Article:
- The client’s preferences in case adjustments need to be made.
- Any pre-approved contingency budget
- A list of the most likely changes, as well as possible action plans for them, describing the impact on time, cost and scope.
During project implementation, keep all three dimensions in mind at all times so that you can react to changes at any time or think of measures to take if a change occurs.
Differences in traditional and agile project management
In traditional project management, it is assumed that the scope is fixed, as it is defined in terms of scope and quality, for example in the specifications. Costs and time are more flexible in this case. They are planned, but can change if necessary.
Agile project management, however, turns this view around, so that costs and time are fixed, but scope can be adjusted. This is because the iterative planning in Scrum, for example, uses so-called sprints in which the work is done. Their number or duration is usually fixed, which also makes the costs of a project easy to estimate. Thus, it is the scope that is variable.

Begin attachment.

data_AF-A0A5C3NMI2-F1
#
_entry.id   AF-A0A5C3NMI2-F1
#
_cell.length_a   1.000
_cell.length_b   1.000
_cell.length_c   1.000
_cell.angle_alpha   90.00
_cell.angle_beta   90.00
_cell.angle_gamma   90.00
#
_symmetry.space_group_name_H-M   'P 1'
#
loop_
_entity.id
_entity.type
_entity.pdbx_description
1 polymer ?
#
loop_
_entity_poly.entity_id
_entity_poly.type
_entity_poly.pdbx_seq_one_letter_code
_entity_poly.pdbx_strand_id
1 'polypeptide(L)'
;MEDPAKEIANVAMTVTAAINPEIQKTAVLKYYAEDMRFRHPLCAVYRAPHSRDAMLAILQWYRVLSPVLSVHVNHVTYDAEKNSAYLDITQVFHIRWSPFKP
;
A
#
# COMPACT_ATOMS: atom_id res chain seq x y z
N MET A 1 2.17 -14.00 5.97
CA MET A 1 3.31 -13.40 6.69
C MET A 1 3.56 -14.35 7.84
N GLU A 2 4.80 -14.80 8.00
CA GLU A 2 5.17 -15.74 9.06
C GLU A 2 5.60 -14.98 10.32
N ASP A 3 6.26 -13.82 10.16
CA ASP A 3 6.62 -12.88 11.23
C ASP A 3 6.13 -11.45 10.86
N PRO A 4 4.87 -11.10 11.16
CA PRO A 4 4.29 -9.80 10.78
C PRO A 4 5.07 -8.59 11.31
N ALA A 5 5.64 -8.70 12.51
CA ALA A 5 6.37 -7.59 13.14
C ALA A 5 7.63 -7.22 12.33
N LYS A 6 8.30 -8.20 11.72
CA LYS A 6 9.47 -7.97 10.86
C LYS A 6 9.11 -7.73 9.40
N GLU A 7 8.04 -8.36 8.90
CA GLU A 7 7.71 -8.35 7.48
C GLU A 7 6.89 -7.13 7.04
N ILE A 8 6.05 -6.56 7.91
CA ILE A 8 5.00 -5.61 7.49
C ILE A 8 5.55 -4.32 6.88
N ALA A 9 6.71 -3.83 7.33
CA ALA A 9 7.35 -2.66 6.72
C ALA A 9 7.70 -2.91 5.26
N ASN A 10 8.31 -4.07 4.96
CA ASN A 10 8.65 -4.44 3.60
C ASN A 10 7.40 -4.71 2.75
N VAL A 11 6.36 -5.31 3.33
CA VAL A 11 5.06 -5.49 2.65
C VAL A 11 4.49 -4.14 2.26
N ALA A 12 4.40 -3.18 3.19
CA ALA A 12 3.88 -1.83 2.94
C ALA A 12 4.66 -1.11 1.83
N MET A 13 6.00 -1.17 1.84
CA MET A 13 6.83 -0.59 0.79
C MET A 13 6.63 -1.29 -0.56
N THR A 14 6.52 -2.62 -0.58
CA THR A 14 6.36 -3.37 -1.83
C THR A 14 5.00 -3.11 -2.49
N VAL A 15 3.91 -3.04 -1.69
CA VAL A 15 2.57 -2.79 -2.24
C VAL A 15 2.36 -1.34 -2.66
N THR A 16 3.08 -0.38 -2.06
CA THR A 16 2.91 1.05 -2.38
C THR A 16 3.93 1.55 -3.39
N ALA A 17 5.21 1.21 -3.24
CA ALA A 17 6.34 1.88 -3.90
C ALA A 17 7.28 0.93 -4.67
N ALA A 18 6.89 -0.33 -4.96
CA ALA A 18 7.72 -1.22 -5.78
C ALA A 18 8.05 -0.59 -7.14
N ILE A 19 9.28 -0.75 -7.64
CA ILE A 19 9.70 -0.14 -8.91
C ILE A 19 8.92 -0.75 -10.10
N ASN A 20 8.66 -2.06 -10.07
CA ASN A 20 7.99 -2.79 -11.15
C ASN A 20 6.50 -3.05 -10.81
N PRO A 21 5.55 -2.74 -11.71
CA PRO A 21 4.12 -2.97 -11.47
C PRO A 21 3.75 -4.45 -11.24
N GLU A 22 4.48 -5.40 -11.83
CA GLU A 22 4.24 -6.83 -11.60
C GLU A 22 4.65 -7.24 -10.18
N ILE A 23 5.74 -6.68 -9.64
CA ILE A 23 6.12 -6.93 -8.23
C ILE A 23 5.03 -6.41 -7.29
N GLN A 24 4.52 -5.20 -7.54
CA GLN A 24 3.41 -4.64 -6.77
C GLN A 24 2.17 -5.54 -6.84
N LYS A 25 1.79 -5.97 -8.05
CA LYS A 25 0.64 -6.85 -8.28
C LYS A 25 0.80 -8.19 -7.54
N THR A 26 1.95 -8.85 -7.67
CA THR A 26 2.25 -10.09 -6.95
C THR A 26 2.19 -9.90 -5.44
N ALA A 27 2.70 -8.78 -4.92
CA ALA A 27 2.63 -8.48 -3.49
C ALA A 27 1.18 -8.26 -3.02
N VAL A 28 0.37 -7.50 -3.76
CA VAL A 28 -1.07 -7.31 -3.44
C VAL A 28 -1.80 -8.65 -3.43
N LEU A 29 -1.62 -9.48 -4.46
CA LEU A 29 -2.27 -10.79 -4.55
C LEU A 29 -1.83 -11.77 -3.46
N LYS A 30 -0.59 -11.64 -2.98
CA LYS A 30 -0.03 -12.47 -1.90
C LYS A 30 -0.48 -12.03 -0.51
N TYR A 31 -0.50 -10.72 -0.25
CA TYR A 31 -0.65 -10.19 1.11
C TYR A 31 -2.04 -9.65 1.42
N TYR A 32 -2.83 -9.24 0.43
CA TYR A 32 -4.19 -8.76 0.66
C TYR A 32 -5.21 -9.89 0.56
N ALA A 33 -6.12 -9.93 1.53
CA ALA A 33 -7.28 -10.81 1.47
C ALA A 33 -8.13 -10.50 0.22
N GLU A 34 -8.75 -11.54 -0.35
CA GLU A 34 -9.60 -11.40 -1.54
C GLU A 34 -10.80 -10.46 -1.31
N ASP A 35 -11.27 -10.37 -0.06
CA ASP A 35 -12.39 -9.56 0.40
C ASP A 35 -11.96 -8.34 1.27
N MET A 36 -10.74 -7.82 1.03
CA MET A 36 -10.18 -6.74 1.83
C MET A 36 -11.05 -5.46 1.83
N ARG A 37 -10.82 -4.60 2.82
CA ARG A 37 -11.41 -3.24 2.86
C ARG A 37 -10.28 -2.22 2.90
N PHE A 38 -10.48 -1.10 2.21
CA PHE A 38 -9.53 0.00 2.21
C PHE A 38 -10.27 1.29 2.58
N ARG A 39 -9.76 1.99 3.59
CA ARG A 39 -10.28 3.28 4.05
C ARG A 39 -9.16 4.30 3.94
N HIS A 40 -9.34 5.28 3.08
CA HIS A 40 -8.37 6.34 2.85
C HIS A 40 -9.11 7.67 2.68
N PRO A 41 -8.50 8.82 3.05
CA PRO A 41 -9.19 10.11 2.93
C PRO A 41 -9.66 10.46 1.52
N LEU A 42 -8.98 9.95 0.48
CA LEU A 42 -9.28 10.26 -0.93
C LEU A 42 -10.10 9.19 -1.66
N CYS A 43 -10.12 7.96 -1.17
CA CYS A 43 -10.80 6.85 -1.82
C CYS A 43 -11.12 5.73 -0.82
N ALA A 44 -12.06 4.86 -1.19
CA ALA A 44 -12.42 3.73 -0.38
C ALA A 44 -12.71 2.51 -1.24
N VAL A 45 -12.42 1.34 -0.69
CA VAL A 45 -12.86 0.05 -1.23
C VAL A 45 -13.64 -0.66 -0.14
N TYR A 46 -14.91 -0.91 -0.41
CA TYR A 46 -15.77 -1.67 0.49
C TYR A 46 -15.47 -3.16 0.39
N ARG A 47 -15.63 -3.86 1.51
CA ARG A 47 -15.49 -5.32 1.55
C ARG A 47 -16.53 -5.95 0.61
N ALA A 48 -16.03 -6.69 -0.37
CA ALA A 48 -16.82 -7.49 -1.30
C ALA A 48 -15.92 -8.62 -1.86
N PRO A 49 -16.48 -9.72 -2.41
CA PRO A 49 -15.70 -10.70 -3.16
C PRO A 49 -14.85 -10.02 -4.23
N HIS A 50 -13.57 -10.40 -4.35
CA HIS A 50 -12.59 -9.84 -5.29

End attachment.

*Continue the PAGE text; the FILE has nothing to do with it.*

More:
Extensions of the project triangle
Today, it is often no longer sufficient to focus on just three dimensions in project management. Therefore, the dimension of scope is often subdivided into quality and content. One then speaks of the magic square or the devil’s square.
In addition, the project triangle can be extended to include the all-encompassing factor of customer satisfaction, which is about the satisfaction of all stakeholders. Since they usually have different demands on a project, it is important that the needs of all project stakeholders are addressed.
The project triangle is well suited for visualising the interrelationships of the most important factors in project management: time, costs and scope. It quickly becomes clear that these dimensions should be balanced and that a change in one dimension will result in a change in the other dimensions. A realistic assessment of all three factors at the beginning of the project as well as setting the right priorities and clear communication are therefore of high importance for the success of a project.
With project management software such as myPARM, you can keep an eye on all three dimensions at all times and thus take action if something changes in one dimension. Real-time reporting in dashboards with all the important key figures and an early warning system help you to do this. If changes occur in one of the dimensions, you can quickly see within the software how these changes affect the other factors and therefore how you can intervene.